Affordability, simplicity, and accessibility remain the three targets that payers aim to hit during Medicare open enrollment season, according to Christopher Ciano, president of Aetna Medicare.
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The push for greater affordability is perhaps most evident in the growing number of zero-dollar premium health plans available to beneficiaries in 2022. For Aetna members, approximately 84 percent of all Aetna’s beneficiaries will have access to a zero-dollar premium Medicare Advantage health plan.
Our goal is not only to design zero premium plans, which are becoming more and more popular, but more importantly, you do have to start to look at the availability and the cost components of the other benefits,” Ciano told Healthcare Strategies.
“We want to make sure beneficiaries can have access to care and that cost is not going to be a barrier to that. So in those highly popular, highly utilized services, we’ve put zero cost on many of those services as well so that they can get the screenings they need and they can go see their primary care without feeling any barrier due to affordability.”
Healthcare literacy is an evergreen challenge that payers face during Medicare open enrollment.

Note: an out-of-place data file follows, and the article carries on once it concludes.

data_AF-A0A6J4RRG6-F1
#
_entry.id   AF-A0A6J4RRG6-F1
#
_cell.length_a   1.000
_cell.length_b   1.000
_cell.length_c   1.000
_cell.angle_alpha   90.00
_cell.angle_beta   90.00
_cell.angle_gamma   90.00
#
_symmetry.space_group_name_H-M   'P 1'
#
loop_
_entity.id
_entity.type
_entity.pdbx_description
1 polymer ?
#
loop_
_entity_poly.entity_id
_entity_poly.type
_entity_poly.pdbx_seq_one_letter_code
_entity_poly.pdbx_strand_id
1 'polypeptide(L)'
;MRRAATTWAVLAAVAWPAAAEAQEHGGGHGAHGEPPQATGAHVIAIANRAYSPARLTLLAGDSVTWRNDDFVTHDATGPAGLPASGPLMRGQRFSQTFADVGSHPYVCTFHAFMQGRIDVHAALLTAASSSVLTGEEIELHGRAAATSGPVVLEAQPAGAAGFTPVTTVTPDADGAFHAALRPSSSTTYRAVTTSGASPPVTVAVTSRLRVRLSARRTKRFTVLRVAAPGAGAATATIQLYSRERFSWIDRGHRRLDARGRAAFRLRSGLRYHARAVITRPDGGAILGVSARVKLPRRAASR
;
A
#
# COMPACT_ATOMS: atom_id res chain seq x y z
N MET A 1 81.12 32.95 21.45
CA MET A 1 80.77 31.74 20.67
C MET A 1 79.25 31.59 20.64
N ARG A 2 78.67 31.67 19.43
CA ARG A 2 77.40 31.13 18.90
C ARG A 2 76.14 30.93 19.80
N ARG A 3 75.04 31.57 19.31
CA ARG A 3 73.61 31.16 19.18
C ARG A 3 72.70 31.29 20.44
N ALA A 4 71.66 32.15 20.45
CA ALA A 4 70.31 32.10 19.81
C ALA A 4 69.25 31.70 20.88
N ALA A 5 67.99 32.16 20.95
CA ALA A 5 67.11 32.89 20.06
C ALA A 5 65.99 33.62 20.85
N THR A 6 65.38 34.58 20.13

In an effort to make materials more comprehensible and clear for beneficiaries while staying within CMS guidelines, Aetna has taken steps to simplify the language in the company’s enrollment-related communications with beneficiaries through its We Speak Human program.
Accessibility has taken on another layer of gravity with the restrictions that the coronavirus pandemic placed on access to care, especially for seniors.
Ciano highlighted the impact that social isolation has had on seniors and the drive to move more senior care into the home. Payers have innovated new ways to deliver care at home through methods such as sending screening materials to the home so that seniors can conduct their own screenings and return them by mail.
“Members will start to remember some of those program enhancements and then start to think about them as they think about their plan choices of the future,” Ciano said. “So we are getting much more holistic in our ability to bring programs together to try to meet individual beneficiary needs.”